ELDER BROTHERS AND MAHATMAS
The most intelligent being in the universe, man, has never, then, been without a friend, but has a line of elder brothers who continually watch over the progress of the less progressed, preserve the knowledge gained through aeons of trial and experience, and continually seek for opportunities of drawing the developing intelligence of the race on this or other globes to consider the great truths concerning the destiny of the soul. These elder brothers also keep the knowledge they have gained of the laws of nature in all departments, and are ready when cyclic law permits to use it for the benefit of mankind. They have always existed as a body, all knowing each other, no matter in what part of the world they may be, and all working for the race in many different ways. In some periods they are well known to the people and move among ordinary men whenever the social organization, the virtue, and the development of the nations permit it. For if they were to come out openly and be heard of everywhere, they would be worshipped as gods by some and hunted as devils by others. In those periods when they do come out some of their number are rulers of men, some teachers, a few great philosophers, while others remain still unknown except to the most advanced of the body.
The Elder Brothers of Humanity are men who were perfected in former periods of evolution. These periods of manifestation are unknown to modern evolutionists so far as their number is concerned, though long ago understood by not only the older Hindus, but also by those great minds and men who instituted and carried on the first pure and undebased form of the Mysteries of Greece. The periods, when out of the Great Unknown there come forth the visible universes, are eternal in their coming and going, alternating with equal periods of silence and rest again in the Unknown. The object of these mighty waves is the production of perfect man, the evolution of soul, and they always witness the increase of the number of Elder Brothers; the life of the least of men pictures them in day and night, waking and sleeping birth and death, "for these two, light and dark, day and night, are the world's eternal ways." [footnote: Bhagavad-Gita, Chap. viii.]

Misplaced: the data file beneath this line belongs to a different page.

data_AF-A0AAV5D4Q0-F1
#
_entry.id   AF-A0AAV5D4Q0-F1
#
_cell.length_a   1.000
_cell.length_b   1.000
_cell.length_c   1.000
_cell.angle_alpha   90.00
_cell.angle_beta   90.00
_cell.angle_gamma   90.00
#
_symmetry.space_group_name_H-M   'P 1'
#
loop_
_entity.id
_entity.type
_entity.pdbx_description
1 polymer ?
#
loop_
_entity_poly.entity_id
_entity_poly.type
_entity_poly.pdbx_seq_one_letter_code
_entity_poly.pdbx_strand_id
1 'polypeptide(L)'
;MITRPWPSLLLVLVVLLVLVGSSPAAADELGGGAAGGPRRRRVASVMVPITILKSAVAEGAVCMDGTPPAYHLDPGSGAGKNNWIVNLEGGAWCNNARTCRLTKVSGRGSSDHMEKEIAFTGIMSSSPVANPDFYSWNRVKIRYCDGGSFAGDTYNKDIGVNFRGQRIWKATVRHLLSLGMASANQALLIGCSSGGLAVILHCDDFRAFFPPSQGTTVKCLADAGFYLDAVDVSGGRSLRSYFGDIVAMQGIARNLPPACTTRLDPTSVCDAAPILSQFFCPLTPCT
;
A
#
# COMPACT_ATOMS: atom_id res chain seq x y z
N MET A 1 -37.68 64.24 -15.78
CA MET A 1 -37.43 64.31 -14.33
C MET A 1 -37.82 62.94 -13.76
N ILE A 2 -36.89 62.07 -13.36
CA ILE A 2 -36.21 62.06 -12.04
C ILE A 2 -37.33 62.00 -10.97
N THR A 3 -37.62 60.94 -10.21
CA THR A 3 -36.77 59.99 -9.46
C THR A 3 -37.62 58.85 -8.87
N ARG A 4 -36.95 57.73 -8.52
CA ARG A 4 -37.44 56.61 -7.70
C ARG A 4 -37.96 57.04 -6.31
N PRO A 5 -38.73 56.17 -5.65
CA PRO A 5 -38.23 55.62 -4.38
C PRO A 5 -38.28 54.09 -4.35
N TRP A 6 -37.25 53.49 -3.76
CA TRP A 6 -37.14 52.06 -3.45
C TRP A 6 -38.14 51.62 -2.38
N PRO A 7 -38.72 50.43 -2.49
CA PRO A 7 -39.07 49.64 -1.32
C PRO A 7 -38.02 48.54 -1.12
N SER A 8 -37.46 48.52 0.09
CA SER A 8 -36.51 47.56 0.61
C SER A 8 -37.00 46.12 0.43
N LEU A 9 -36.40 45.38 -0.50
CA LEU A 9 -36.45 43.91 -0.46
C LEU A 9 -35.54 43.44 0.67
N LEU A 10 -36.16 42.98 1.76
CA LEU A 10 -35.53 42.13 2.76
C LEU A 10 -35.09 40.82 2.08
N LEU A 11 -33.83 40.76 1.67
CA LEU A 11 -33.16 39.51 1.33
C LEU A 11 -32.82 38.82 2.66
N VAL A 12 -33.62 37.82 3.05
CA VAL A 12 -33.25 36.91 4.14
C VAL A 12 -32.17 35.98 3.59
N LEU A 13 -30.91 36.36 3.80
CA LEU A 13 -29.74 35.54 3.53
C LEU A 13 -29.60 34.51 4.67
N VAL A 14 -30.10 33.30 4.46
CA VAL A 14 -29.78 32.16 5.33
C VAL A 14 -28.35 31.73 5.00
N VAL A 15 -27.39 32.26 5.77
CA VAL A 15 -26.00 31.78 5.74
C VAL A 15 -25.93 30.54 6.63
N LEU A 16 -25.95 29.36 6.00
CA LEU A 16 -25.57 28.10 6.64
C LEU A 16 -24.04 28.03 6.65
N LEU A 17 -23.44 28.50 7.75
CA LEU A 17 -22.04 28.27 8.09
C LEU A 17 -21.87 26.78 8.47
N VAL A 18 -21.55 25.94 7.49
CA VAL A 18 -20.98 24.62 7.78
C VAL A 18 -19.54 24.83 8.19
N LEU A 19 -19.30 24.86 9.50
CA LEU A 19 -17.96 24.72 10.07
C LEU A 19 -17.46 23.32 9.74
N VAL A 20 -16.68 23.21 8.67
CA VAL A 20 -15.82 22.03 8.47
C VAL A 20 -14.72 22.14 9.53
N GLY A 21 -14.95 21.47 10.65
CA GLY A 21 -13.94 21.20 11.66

In every age and complete national history these men of power and compassion are given different designations. They have been called Initiates, Adepts Magi, Hierophants, Kings of the East, Wise Men. Brothers, and what not. But in the Sanskrit language there is a word which, being applied to them, at once thoroughly identifies them with humanity. It is Mahatma. This is composed of Maha great and Atma soul; so it means great soul, and as all men are souls the distinction of the Mahatma lies in greatness.... For all through Hindu literature Mahatmas are often spoken of, and in parts of the north of that country the term is common. In the very old poem the Bhagavad-Gita, revered by all Hindu sects and admitted by the western critics to be noble as well as beautiful, there is a verse reading, "Such a Mahatma is difficult to find." [Bhagavad-Gita, Chap. vii.]
William Q. Judge